‘Endless wrangling over Brexit’ takes toll on UK property market

The flow of properties coming on to the market across the UK has stalled
The flow of properties coming on to the market across the UK has stalled
Share this article
0
Have your say

The flow of homes coming on to the market across Britain is at its weakest level in three years as “endless wrangling about Brexit” continues, according to a new report from surveyors.

But the market is holding up well in Scotland, with “solid” price gains, the report said.

An overall net balance of 37 per cent of surveyors reported the supply of homes being put up for sale decreasing rather than increasing in September – the weakest reading since June 2016 – the Royal Institution of Chartered Surveyors (Rics) said.

Average stock levels on estate agents’ books therefore remain near record lows, its UK housing market survey found.

The number of new inquiries from buyers and agreed sales is also falling back.

Rics said that anecdotal commentary from property professionals points to the cause of the subdued picture being heightened economic and political uncertainty.
The market seems unlikely to gain impetus over the next three months, although sentiment for a year ahead is a little more resilient, it said.

House prices across the UK remain flat generally, but, while the picture in London and the south east is weaker, by contrast there are “solid” price gains in Northern Ireland, Scotland and the North West of England, Rics said.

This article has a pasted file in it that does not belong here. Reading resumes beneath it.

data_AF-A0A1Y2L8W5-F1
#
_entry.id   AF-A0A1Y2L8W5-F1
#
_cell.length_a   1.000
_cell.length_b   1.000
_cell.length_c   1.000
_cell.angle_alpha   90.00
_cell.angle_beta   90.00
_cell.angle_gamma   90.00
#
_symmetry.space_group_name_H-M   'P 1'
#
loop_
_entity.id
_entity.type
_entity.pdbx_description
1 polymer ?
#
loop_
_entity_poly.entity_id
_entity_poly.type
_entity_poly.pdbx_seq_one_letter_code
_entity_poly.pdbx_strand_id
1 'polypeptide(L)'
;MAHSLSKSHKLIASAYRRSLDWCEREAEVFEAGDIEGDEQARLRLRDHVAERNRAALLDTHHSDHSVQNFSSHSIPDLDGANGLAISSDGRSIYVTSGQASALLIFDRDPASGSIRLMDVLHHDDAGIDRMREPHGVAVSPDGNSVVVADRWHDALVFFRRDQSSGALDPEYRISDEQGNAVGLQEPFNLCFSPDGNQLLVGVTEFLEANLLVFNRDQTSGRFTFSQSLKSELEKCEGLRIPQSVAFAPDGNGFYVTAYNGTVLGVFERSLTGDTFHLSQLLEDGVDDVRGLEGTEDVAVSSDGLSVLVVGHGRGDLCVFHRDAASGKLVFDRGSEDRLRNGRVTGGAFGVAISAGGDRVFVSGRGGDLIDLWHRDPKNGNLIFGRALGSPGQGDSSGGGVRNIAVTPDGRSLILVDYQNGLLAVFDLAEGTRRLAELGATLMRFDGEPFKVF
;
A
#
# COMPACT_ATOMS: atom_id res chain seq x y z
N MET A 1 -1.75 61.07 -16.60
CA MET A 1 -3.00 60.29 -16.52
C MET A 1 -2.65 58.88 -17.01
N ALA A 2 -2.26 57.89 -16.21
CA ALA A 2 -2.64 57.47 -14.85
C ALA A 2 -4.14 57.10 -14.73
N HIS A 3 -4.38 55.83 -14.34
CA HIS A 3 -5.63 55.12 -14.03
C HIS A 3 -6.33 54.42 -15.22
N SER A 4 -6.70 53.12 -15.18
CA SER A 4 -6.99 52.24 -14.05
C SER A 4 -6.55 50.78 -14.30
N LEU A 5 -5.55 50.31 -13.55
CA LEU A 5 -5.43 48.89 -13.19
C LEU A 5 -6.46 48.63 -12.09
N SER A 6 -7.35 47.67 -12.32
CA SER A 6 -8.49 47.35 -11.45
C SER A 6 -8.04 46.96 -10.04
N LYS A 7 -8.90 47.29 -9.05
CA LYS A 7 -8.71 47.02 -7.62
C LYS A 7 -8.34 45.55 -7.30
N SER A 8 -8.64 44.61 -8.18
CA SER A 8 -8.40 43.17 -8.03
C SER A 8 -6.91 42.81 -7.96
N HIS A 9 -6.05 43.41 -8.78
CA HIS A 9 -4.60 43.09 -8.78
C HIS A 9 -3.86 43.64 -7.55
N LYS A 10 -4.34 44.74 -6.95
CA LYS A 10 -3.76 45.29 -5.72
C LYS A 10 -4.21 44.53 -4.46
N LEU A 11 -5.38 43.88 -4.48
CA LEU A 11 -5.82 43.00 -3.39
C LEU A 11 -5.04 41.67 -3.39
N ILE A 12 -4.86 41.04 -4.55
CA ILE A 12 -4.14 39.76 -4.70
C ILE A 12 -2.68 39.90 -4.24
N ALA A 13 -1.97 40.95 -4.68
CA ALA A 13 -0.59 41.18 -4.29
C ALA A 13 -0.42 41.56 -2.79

Simon Rubinsohn, Rics chief economist, said: “There 
are good reasons for thinking the latest dip in both buyer inquiries and vendor instructions is a response to the endless wrangling about Brexit, as the October 31 deadline approaches.

“Unless there is a speedy resolution to the ongoing impasse, it does seem inevitable that the stand-off between purchasers and sellers will deepen, making it harder to complete transactions. This will not only be a direct hit on the housing market itself but could have ramifications for the wider economy as the normal spend on furniture, fittings and appliances that typically accompanies a house move is also put on hold.”
A report last month by Yorkshire Building Society found Scotland was the best performing region in the country in the three years following the Brexit referendum, with sales in London suffering a collapse.

The building society compared house sales numbers in the 12 months leading up to the vote to leave the EU in June 2016 with the 12 months leading up to May this year.

Comparing these two periods, it found sales in Scotland were up four per cent, with Wales recording the second strongest performance with a rise of two per cent.

Six out of the 10 best performing local areas were in Scotland.

London was the worst performing region, with a 28 per cent drop.